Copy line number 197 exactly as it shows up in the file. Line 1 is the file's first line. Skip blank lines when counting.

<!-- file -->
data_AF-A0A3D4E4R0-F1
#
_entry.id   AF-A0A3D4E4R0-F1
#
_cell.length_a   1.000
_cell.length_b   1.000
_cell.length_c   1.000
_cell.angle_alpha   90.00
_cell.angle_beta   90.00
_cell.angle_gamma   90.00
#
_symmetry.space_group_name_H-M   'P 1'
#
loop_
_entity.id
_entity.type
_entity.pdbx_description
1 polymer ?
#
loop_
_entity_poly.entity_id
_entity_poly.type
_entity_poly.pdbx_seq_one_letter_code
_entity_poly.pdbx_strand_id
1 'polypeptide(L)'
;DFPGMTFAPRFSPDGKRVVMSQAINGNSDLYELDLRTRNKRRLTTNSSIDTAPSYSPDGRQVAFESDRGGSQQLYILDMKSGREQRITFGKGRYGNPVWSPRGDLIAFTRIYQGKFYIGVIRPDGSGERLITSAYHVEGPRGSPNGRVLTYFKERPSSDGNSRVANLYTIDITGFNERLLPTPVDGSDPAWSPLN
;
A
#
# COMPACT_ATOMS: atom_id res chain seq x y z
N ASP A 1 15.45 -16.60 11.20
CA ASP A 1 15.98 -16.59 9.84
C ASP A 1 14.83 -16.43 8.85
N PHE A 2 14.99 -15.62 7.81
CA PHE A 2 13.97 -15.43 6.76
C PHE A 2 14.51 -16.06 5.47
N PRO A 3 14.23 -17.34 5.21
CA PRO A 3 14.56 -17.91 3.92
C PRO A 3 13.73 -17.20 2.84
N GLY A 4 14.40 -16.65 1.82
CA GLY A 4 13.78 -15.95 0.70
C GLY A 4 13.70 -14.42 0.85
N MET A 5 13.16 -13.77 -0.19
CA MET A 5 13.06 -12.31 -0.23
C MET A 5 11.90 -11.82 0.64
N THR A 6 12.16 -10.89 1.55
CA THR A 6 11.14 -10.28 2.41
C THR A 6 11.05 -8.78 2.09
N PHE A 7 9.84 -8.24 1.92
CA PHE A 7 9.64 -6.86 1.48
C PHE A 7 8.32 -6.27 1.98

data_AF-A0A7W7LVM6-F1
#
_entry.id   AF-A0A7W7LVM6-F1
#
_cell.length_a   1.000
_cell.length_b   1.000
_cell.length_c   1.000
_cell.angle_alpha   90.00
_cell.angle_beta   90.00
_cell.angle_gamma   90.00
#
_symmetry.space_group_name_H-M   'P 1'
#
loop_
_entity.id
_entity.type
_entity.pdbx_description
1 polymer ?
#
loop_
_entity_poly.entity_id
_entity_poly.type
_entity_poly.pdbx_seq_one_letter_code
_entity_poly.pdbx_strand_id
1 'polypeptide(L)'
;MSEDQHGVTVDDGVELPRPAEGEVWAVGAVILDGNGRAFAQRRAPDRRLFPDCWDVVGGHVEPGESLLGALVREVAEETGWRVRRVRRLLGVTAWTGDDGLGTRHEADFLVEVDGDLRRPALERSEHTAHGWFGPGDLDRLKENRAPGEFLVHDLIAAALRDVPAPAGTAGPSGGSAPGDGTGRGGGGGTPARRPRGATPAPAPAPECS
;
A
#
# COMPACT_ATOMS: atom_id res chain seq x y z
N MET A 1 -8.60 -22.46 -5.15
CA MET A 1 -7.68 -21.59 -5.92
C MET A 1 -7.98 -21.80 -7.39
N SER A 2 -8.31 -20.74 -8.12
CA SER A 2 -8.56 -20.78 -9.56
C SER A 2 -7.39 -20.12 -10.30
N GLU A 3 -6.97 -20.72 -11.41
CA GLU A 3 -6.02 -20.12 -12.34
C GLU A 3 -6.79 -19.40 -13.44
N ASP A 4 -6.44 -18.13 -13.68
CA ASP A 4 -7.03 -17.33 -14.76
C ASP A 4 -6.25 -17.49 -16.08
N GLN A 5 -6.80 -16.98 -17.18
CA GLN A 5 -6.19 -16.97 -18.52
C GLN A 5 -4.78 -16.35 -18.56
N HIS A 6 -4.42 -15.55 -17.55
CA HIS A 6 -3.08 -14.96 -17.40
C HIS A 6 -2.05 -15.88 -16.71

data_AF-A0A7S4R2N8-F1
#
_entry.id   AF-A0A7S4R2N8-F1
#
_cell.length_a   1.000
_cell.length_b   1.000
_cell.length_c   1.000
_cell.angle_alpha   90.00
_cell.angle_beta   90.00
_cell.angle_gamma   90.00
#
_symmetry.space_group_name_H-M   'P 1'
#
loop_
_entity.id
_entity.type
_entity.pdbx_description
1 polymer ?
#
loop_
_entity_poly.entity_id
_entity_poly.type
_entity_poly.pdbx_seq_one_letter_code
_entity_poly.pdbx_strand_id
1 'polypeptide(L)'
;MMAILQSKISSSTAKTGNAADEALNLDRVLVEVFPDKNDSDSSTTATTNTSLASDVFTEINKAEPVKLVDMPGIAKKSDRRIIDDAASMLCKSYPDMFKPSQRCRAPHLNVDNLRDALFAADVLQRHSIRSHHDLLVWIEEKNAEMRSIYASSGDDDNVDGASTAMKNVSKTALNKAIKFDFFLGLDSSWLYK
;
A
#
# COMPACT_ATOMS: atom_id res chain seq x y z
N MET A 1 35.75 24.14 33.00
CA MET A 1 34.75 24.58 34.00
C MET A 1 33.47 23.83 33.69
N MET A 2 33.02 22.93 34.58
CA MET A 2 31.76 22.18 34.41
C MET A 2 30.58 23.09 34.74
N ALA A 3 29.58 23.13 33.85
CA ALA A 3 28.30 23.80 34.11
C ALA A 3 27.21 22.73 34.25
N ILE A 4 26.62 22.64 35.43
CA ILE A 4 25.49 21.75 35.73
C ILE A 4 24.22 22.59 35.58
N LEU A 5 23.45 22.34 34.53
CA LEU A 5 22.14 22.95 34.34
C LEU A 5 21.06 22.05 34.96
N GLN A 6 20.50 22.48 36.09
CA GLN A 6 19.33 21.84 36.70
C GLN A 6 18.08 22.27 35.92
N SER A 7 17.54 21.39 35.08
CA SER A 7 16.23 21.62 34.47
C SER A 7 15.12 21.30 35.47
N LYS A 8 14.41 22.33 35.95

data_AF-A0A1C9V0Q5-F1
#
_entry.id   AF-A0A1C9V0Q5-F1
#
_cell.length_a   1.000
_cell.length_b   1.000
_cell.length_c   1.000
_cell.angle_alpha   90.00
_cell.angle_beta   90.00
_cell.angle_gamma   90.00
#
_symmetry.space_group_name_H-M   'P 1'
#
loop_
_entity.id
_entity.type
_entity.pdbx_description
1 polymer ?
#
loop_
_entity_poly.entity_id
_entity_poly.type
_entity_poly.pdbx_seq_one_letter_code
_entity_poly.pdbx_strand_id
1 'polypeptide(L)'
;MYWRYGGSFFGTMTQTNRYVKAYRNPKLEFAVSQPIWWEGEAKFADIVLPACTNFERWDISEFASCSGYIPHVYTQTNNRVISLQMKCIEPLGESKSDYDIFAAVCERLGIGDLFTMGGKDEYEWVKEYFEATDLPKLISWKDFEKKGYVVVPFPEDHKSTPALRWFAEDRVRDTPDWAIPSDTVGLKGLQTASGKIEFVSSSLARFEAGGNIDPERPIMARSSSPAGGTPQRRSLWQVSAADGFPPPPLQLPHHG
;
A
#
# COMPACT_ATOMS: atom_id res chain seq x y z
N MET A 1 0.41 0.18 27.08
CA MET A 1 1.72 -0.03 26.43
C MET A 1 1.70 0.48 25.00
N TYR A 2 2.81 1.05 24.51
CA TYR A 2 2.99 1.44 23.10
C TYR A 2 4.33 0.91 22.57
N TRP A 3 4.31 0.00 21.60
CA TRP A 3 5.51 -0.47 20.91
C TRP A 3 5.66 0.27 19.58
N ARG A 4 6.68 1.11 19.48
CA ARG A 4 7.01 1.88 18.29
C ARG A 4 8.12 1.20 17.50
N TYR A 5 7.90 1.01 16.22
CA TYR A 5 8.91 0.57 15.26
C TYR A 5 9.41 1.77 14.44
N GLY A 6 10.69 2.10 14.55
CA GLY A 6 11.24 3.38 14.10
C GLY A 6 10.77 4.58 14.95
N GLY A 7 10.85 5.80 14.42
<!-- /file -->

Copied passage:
N GLY A 6 10.69 2.10 14.55